Cover image for Frontier children
Title:
Frontier children
Author:
Peavy, Linda S.
Personal Author:
Publication Information:
Norman : University of Oklahoma Press, [1999]

©1999
Physical Description:
xi, 164 pages : illustrations ; 29 cm
Language:
English
Added Author:
ISBN:
9780806131610
Format :
Book

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F596 .P398 1999 Adult Non-Fiction Central Closed Stacks-Oversize
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Summary

Summary

Enriched by over 200 vintage photographs, Frontier Children is a visual and verbal montage of childhood in the nineteenth-century West. From a wide range of primary and secondary sources, Linda Peavy and Ursula Smith, well known for their books on western women, have brought together stories and images that erase the stereotypes and bring to life the infinite variety of the experience of growing up in the American West.


Reviews 2

Booklist Review

Probably one of the most neglected subjects relating to the American frontier is the children. This is surprising in that children were as integral a part of frontier life as adults, and to a large extent they were a major incentive for many of the families seeking a better future there. Written records and journals are a necessary component of historic research, but in the case of children, especially Indians and African Americans, such resources are virtually nonexistent. Despite this limitation, the authors have been able to reconstruct stories of children on the frontier from later-life memories and from oral history transcripts. They have wisely verified, when possible, the accuracy of their sources, for such reports are often heavily filtered through the passage of time and thus misleading. Excellent use is made of photographic evidence, which is quite extensive. Reproduced in this volume are more than 200 vintage photographs as well as several line illustrations. All of the many facets of the frontier experience are examined in relation to how they affected the world of children. --Fred Egloff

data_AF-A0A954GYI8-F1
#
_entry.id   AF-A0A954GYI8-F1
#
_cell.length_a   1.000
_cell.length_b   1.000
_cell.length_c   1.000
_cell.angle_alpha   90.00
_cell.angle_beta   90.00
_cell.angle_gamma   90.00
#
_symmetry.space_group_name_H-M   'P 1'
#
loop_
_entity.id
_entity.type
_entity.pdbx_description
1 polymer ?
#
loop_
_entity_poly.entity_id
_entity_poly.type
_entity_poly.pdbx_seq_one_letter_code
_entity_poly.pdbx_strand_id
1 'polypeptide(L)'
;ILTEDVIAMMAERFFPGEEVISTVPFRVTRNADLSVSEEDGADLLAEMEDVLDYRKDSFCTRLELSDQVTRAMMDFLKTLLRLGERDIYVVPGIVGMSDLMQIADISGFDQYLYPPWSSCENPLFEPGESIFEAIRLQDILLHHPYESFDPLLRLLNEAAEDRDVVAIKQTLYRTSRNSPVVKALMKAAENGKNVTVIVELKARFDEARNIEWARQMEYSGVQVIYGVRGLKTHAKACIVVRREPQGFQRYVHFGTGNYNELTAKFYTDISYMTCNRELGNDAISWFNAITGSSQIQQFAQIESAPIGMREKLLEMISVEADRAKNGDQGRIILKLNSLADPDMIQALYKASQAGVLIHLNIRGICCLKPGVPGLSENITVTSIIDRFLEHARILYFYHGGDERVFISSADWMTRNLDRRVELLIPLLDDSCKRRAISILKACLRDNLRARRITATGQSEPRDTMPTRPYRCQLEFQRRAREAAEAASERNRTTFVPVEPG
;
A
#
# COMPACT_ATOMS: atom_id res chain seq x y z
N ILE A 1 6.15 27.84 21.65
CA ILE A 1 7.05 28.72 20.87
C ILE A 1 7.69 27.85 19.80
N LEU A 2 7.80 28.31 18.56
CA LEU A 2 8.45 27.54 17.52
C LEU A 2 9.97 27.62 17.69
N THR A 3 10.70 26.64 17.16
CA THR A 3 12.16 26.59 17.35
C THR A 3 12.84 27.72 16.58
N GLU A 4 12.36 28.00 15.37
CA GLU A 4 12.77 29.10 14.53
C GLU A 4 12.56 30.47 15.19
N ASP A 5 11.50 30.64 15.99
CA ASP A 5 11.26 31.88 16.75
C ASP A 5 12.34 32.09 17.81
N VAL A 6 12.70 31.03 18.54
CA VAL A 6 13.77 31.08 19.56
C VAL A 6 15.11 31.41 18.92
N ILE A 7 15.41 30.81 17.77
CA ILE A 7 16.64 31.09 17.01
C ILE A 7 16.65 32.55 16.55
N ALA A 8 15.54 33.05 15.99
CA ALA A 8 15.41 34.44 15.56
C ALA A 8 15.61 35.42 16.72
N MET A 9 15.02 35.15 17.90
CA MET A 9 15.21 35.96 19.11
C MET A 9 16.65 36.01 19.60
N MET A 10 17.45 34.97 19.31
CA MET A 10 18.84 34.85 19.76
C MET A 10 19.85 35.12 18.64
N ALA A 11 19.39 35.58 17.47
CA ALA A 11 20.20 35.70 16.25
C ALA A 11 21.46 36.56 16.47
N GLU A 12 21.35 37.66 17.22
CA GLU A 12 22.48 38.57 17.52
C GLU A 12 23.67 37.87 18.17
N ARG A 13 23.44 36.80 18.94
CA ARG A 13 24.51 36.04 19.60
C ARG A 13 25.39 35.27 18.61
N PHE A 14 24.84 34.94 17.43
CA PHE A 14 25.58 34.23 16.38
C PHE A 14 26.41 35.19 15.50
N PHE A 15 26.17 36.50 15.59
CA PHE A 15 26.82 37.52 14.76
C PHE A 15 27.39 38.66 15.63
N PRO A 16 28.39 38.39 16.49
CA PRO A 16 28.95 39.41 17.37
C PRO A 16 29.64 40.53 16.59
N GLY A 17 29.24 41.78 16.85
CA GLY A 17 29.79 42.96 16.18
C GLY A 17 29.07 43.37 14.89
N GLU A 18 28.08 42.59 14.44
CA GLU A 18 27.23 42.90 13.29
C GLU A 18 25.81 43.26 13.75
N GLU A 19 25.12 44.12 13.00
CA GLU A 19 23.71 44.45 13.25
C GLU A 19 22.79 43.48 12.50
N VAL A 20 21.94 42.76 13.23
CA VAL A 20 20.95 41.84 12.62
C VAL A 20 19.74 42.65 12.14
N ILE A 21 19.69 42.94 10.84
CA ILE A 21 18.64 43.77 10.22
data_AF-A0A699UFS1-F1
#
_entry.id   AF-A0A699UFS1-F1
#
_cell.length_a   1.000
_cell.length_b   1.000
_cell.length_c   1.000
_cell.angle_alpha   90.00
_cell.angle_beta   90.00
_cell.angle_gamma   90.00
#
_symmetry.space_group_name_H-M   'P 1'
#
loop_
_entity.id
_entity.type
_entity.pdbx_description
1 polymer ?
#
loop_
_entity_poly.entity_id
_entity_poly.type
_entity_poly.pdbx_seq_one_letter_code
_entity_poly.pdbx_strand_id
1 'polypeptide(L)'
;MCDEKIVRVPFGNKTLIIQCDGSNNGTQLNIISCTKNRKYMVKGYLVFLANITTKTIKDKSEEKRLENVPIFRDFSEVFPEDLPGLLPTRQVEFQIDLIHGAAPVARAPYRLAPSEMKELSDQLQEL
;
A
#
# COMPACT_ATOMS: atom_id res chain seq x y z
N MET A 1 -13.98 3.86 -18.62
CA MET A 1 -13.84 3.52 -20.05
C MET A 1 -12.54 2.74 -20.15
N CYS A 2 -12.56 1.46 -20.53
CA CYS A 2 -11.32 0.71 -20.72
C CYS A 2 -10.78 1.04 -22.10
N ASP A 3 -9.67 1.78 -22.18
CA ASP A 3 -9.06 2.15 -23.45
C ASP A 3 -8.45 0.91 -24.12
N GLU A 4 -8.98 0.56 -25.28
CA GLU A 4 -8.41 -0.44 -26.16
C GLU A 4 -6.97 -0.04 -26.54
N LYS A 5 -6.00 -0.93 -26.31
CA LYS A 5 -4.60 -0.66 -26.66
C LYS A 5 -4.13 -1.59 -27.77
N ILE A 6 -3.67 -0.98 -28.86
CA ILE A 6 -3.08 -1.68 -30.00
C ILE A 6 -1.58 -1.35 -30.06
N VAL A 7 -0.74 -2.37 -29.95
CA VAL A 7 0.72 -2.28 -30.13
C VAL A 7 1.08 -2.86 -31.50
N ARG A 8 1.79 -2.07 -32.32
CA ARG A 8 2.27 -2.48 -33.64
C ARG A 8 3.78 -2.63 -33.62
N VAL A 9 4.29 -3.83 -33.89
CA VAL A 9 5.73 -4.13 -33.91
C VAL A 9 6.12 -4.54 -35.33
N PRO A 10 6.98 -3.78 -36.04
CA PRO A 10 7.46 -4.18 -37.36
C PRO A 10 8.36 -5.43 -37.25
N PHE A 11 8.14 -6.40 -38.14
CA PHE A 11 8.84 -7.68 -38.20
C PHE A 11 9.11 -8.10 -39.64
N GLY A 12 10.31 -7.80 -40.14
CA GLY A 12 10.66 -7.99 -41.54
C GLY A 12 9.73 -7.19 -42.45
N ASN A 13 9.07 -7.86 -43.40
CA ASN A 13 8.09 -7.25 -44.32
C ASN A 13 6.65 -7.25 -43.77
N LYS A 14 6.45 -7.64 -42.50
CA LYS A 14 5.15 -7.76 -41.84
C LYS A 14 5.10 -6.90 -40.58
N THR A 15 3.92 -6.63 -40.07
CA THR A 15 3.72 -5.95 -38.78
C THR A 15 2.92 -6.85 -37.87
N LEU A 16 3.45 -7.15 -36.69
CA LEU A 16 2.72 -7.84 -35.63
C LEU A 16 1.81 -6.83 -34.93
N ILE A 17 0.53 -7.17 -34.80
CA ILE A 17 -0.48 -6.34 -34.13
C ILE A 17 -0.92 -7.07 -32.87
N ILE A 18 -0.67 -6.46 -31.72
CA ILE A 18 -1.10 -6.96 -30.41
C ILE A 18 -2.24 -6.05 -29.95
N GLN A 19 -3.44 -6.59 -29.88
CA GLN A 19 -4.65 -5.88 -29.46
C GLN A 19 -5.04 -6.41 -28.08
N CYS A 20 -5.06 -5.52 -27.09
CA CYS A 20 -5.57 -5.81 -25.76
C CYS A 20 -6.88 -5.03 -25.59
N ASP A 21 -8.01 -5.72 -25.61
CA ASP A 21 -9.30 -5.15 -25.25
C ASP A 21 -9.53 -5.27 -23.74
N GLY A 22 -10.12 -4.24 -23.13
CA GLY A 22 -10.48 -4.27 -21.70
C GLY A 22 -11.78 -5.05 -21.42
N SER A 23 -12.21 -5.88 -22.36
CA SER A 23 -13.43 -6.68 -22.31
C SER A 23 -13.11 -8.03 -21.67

Library Journal Review

In this latest collaboration between Peavy and Smith (Pioneer Women; Women in Waiting in the Westward Movement), the pair shift their focus to children and coming of age in the late 19th- and early 20th-century American West. The resulting work is less analytical than Elliott West's Growing Up with the Country (Univ. of New Mexico, 1998). Instead, it centers on nearly 200 engaging and captivating period photographs of children at work or play, drawn from a variety of libraries and collections. The well-written text, which is based primarily on secondary sources, is ably supported by the visuals. A particularly noteworthy feature of this book is the coverage given to children of color. Another bonus is that sidebars discussing issues ranging from Indian schools to clothing are included. Providing a unique window on a historical aspect of childhood, this book will appeal to a wide segment of readers.√ĄDaniel D. Liestman, Kansas State Univ. Lib., Manhattan (c) Copyright 2010. Library Journals LLC, a wholly owned subsidiary of Media Source, Inc. No redistribution permitted.


Table of Contents

Elliott West
Forewordp. ix
An Infinite Variety: Childhood on the Frontierp. 3
Ebb and Flow: Frontier Children on the Movep. 15
Homes and Habitats: Frontier Children and Their Environmentp. 39
The Family Circle: Frontier Children within the Homep. 61
Blurred Boundaries: Frontier Children at Work and Playp. 89
All the World's a School: The Education of Frontier Childrenp. 115
Passages: Coming of Age on the Frontierp. 137
Notesp. 149
Indexp. 176